In the last few years, LEDs (light emitting diodes) have proved to be the future of the lighting systems, due to their efficiency, brightness, and longer lifetime. However, the systematic efficiency drop in the yellow-green region, also known as the “green gap”, is a fundamental limitation for the LEDs and semiconductor laser devices.
In order to overcome this gap novel materials are needed. Researchers from the TU Eindhoven and AMOLF in Amsterdam have recently developed and investigated a promising new candidate: wurtzite (WZ) AlxIn1−xP nanowires. Their results are summarized in the prestigious journal Nano Letters.
The nanowire geometry, crystal structure and composition were examined using a variety of TEM techniques including HAADF STEM, electron diffraction, and EDS. Photoluminescence and cathodoluminescence (CL) were used to study the optical properties of the materials. The cathodoluminescence measurements, performed in the SPARC, were used to study nanoscale variations in emission due to local changes in composition, both in the lateral dimension as well as along the wire length. The results demonstrate strong room-temperature light emission from the infrared to the green range showing that this material may provide a viable route towards efficient green LED devices.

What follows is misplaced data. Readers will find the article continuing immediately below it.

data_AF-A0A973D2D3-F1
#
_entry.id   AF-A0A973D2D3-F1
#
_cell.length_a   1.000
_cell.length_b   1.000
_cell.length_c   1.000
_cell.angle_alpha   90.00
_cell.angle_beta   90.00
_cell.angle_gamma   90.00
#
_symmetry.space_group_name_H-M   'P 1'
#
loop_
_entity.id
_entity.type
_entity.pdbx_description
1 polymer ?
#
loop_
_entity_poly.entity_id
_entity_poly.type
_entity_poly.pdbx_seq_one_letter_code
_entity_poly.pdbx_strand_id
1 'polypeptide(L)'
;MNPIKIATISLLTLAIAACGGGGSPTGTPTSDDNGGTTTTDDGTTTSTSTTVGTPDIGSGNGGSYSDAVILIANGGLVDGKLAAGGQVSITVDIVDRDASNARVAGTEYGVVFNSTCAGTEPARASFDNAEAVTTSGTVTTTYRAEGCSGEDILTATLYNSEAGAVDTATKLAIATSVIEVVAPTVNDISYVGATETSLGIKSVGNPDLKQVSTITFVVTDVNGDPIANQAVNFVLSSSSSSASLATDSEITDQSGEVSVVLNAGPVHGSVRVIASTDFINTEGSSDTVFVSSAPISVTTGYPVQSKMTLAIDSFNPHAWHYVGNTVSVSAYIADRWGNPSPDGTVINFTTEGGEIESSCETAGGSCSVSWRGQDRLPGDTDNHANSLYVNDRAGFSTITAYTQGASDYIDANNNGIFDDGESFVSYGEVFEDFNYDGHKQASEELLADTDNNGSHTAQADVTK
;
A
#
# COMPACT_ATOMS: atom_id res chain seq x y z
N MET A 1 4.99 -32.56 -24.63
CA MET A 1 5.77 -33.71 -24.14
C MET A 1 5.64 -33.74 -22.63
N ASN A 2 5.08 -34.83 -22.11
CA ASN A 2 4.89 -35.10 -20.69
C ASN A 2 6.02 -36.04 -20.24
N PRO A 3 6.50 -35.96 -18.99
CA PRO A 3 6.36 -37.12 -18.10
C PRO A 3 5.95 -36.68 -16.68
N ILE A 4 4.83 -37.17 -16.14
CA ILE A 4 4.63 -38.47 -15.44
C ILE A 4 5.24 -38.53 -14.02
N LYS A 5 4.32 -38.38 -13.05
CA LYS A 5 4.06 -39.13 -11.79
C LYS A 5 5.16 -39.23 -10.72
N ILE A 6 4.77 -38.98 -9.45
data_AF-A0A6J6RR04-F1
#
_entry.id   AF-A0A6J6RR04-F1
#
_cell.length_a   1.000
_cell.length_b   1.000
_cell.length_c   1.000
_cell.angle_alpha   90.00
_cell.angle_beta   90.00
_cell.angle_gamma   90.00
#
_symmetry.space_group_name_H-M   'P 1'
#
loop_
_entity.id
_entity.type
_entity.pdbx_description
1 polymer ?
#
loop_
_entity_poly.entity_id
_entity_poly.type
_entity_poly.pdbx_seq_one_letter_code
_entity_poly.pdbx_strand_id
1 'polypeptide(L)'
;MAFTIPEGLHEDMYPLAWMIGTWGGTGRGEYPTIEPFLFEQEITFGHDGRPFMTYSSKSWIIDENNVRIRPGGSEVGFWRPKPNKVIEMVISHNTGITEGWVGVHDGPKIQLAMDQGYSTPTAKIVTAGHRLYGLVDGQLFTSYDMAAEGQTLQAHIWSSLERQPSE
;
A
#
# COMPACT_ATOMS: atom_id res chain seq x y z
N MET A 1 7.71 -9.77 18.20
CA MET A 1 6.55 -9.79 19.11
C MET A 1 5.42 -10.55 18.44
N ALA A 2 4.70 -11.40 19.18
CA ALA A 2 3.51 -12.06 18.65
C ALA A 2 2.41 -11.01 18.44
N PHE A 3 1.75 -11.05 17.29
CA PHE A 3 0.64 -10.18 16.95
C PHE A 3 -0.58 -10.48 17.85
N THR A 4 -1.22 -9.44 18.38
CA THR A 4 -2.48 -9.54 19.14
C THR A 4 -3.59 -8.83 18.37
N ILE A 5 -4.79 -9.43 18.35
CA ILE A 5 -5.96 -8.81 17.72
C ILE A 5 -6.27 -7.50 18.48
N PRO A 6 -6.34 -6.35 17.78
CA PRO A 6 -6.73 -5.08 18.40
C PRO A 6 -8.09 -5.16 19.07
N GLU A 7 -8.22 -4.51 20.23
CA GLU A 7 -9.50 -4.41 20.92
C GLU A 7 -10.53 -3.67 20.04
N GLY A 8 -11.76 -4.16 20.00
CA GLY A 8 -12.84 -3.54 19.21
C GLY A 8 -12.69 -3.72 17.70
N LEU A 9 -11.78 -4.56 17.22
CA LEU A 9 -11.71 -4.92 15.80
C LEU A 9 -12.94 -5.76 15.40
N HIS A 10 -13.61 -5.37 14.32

If you would like to know more about the possibilities of cathodoluminescence for LED characterization and research, make sure to read our application note on bulk and nanostructured Gallium Nitride-based LED materials.
 Efficient Green Emission from Wurtzite AlxIn1–xP Nanowires L. Gagliano, M. Kruijsse, J. D. D. Schefold, A. Belabbes, M. A. Verheijen, S. Meuret, S. Koelling, A. Polman, F. Bechstedt, J.E.M. Haverkort, and E.P.A.M. Bakkers Nano Letters Article ASAP DOI: 10.1021/acs.nanolett.8b00621